Picture of a metallic wood-boring beetle, showing the various iridescent shades of blues and greens of its chitin.

These stunning insect close-ups reveal dazzling bug complexity

Hard yet flexible, chitin builds insects’ exoskeletons, wings, and scales.

In the metallic wood-boring beetle (Eurythyrea quercus), its iridescent wing casing and abdomen contain chitin, a substance that provides armor-like protection.

Arthropods are the most diverse group in the animal kingdom. Among them, the evolutionary record holders are the insects, thanks to their ability to adapt to many different ecosystems both in water and on land. The versatility of arthropods is due in large part to chitin, a substance that forms their hard outer covering as well as their wings and other flexible parts. Like cellulose, the building block of plant cell walls, chitin is made of glucose molecules, but it also contains nitrogen, producing a firm structure.

Chitin is the main component of the arthropod’s exoskeleton, the first rigid form to evolve in multicellular organisms: arthropods made chitin as early as 550 million years ago. Secreted by the epidermis, or skin-like, soft outer layer, chitin combines with other compounds to form the waxy, water-repellant cuticle.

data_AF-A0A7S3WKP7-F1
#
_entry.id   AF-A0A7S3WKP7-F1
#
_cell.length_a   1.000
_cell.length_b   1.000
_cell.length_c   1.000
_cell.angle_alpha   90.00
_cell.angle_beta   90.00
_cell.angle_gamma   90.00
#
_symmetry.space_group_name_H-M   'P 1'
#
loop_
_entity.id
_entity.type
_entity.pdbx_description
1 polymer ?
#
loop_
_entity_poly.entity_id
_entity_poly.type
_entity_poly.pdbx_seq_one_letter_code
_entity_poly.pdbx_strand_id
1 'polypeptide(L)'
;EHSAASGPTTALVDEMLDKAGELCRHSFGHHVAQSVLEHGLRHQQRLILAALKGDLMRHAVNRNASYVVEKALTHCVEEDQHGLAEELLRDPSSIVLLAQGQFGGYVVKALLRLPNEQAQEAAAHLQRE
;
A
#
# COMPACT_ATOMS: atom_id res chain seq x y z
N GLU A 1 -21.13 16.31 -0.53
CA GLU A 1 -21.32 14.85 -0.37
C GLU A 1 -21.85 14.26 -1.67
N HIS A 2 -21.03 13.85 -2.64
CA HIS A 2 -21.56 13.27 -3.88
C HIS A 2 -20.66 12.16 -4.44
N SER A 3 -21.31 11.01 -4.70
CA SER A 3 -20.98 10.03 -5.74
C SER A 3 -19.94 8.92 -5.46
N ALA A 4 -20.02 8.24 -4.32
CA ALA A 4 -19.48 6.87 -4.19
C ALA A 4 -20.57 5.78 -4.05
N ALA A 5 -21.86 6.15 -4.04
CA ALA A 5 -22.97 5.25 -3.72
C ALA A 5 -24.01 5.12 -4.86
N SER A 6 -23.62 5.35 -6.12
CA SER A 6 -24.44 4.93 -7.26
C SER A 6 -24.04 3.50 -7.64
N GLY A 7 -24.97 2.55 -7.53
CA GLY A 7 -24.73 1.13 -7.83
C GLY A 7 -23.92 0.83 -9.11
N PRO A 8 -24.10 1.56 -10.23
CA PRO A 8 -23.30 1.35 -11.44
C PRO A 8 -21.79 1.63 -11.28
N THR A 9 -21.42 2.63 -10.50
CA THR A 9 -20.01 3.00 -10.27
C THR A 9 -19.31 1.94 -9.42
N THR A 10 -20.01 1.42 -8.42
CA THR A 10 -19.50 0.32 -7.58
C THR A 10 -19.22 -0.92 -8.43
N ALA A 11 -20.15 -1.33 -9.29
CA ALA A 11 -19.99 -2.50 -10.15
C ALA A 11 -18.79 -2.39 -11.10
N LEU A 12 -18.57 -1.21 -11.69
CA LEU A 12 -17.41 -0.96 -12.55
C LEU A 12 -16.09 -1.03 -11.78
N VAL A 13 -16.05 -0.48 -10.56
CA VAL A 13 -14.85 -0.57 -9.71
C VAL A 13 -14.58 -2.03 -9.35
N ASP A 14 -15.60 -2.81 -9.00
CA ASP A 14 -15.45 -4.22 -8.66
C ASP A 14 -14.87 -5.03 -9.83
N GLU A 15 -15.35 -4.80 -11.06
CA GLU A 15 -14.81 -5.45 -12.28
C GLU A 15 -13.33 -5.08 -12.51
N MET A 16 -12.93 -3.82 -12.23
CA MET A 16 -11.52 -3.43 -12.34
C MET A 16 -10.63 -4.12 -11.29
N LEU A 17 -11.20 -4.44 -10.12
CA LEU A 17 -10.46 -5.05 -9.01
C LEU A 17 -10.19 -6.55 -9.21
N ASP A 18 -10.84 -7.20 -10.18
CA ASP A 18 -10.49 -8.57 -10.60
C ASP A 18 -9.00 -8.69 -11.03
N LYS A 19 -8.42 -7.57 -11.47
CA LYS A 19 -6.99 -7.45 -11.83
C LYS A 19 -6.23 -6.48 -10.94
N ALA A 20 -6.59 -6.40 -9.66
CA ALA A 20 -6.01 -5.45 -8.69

A remarkably hard yet flexible material, chitin strengthens insect mandibles to cut through rock and metal, and provides elasticity between the stiff body segments, enabling speed and agility. The tiny, delicate scales covering insects such as butterflies also contain chitin. It’s integral to the thin tracheal tubes that make up their respiratory system and the hairs that collect pollen.

It seems chitin can do almost anything—except allow an exoskeleton to expand. So, in order to grow, arthropods must molt. Every so often they have no choice but to temporarily shed their protective chitinous covering in exchange for a little bit of room to grow.

This story was originally published in the June 2021 issue of National Geographic’Hungarian edition.

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